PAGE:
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SMT SANTOSH DEVI & ANR v VIMAL KUMAR - CSA Case No. 162 of 2002  RD-RJ 1442 (13 September 2005)
S.B. CIVIL SECOND APPEAL NO.162/2002
Smt. Santosh Devi & Ors. vs. Vimal Kumar and ors.
Date : 13.9.2005
HON'BLE MR. PRAKASH TATIA, J.
Mr. SG Ojha, for the appellants.
Dr. A.A. Bhansali, for the respondents.
Heard learned counsel for the parties.
Brief facts of the case are that the suit property was mortgaged by the plaintiff's ancestors on 26.6.1952 to the firm M/s. Lalchand Kesrimal. The amount received by mortgagor from mortgagee is Rs.1,000/-. On 5.10.1967, a loan of Rs.1,000/- was further taken by the mortgagor from mortgagee and fresh deed dated 5.10.1967 was executed. Both the mortgage deeds are registered. The plaintiff filed the suit for redemption of mortgaged property on 16.8.1985 by impleading Ramgopal, Madan Lal and Mohan Lal as defendant.
According to the plaintiff, the said firm Lalchand Kesrimal was the joint Hindu Family firm and the karta of the family was Haridas s/o Kesrimal. Haridas died leaving behind his legal representatives Takhat Mal and Kesrimal. The plaintiff stated as per his knowledge, the defendant no.2 is son of Takhat Mal and the defendants no.3 to 7 are sons of deceased Kesrimal. According to the plaintiff, in fact, the defendant no.2 alone is in possession of the property but since they all are descendants of the original mortgagee, therefore, they have been impleaded as party in the suit. The plaintiff further pleaded that in case the plaintiff will come to know about the other family members of mortgagee, then he will implead those co-parceners also as party in th suit. However, according to the plaintiff, the estate of the mortgagee is fully represented by the defendants. It is also specifically submitted that the defendants no.2 to 7 also sufficiently represents the estate of firm M/s. Lalchand Kesrimal.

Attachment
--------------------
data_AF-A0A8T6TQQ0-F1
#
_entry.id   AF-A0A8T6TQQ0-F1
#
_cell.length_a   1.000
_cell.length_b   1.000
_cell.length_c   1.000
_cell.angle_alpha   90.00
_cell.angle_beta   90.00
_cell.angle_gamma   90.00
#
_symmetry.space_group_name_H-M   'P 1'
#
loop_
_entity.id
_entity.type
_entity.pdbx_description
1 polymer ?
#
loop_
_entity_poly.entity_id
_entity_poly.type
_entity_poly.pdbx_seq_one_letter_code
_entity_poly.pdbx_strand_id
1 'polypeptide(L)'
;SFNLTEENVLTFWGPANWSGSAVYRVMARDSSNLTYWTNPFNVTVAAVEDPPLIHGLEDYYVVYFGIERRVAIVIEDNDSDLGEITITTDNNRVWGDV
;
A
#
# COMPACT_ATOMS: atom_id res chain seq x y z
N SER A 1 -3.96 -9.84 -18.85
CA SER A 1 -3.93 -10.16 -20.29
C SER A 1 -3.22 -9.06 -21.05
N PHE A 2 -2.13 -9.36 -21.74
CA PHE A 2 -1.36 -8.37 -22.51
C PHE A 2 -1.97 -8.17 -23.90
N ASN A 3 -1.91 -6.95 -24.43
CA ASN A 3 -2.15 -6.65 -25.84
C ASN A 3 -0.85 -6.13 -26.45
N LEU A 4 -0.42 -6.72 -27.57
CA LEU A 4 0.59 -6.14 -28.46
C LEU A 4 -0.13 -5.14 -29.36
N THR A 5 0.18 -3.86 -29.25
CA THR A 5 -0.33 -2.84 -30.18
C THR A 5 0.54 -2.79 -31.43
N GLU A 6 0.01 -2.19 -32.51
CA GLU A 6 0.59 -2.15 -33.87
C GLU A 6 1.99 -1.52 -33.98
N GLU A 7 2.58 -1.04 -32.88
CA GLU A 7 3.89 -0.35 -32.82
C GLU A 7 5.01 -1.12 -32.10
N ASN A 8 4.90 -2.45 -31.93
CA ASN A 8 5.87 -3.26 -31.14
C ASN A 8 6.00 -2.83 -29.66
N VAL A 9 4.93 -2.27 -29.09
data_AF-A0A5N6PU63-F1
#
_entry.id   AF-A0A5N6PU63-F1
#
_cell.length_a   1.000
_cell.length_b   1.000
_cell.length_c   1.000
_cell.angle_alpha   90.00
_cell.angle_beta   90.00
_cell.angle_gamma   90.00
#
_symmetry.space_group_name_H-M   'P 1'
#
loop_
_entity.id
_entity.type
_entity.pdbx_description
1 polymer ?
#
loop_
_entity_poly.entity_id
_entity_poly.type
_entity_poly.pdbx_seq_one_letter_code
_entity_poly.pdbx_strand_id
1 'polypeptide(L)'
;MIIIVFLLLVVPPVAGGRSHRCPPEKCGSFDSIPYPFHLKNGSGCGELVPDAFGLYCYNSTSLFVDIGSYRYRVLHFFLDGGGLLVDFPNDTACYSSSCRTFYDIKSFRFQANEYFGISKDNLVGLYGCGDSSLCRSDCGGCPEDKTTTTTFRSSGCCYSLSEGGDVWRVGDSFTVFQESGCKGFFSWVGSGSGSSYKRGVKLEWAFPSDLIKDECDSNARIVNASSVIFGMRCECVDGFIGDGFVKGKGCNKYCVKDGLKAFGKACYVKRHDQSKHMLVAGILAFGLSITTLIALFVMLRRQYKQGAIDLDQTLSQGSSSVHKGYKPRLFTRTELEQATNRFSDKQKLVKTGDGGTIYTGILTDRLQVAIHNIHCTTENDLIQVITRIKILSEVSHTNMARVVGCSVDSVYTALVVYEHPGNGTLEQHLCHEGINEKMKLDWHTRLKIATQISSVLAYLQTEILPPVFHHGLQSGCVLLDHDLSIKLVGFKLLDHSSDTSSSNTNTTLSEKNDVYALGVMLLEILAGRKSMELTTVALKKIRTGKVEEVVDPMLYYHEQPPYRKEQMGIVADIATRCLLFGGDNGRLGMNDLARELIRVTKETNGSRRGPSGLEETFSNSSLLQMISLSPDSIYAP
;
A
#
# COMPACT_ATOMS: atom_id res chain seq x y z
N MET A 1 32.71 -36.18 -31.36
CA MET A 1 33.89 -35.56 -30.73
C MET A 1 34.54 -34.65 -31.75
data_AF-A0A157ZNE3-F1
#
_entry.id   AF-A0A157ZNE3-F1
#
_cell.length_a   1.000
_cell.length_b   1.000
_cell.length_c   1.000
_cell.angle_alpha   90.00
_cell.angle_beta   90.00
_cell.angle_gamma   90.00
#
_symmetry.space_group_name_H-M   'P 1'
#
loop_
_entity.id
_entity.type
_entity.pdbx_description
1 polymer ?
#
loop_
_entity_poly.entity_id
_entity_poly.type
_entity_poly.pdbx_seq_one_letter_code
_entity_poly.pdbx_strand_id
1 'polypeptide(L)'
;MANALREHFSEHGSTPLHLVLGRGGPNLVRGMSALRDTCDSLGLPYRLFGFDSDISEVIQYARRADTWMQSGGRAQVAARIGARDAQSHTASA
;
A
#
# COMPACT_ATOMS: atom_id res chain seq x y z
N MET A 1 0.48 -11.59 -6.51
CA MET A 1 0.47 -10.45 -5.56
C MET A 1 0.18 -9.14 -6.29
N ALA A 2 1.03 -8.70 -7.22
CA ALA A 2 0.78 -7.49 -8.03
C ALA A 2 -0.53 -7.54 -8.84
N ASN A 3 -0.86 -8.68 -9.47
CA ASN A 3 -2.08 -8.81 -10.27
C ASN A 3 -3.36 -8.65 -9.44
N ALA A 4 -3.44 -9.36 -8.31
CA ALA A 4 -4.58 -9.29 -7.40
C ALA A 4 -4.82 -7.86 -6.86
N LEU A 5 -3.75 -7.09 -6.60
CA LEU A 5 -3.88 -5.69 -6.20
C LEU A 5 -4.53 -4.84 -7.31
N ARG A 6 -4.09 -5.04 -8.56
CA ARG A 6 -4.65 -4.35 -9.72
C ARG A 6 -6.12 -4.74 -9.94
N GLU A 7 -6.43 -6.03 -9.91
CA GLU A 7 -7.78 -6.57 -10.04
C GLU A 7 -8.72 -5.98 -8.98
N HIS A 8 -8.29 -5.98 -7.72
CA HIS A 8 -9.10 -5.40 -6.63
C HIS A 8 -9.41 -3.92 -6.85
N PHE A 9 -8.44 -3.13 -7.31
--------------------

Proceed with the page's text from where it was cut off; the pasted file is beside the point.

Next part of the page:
The defendant no.2 submitted written statement and stated that neither Harak Chand nor Vimal Kumar has any right in the property in dispute nor they were in possession. The defendant no.2 even denied the existence of the said firm and also denied that Haridas was Manger or
Karta of the firm. Substantially each and every fact has been denied by the defendant no.2 but for mortgage deeds, the defendant no.2 stated that he has no knowledge of the said mortgage but according to him, the mortgage deeds are fabricated documents only and the property is in possession of the defendant no.2 and he is living therein as owner of the property.
The trial court framed the issues and the issue no.1 was with respect to the mortgage. An issue was framed on the plea taken by the defendants that the suit is barred by time and the suit of the plaintiff is not maintainable because the plaintiff in this suit impleaded the firm
Lalchand Kesrimal as party defendant and he withdrew the suit against the firm, therefore, the present suit deserves to be dismissed. The defendants also claimed ownership by adverse possession.
In the trial court, both the parties produced evidence and to rebut the evidence of the plaintiff, only witness
Santosh Bhatia descendant of Ram Gopal appeared in the witness box.
The trial court held that Exhibits-9 and 10 are the certified copies of the original mortgage deeds and they are not admissible in evidence despite the fact that the documents were not only taken on record but already admitted in evidence and the documents were marked as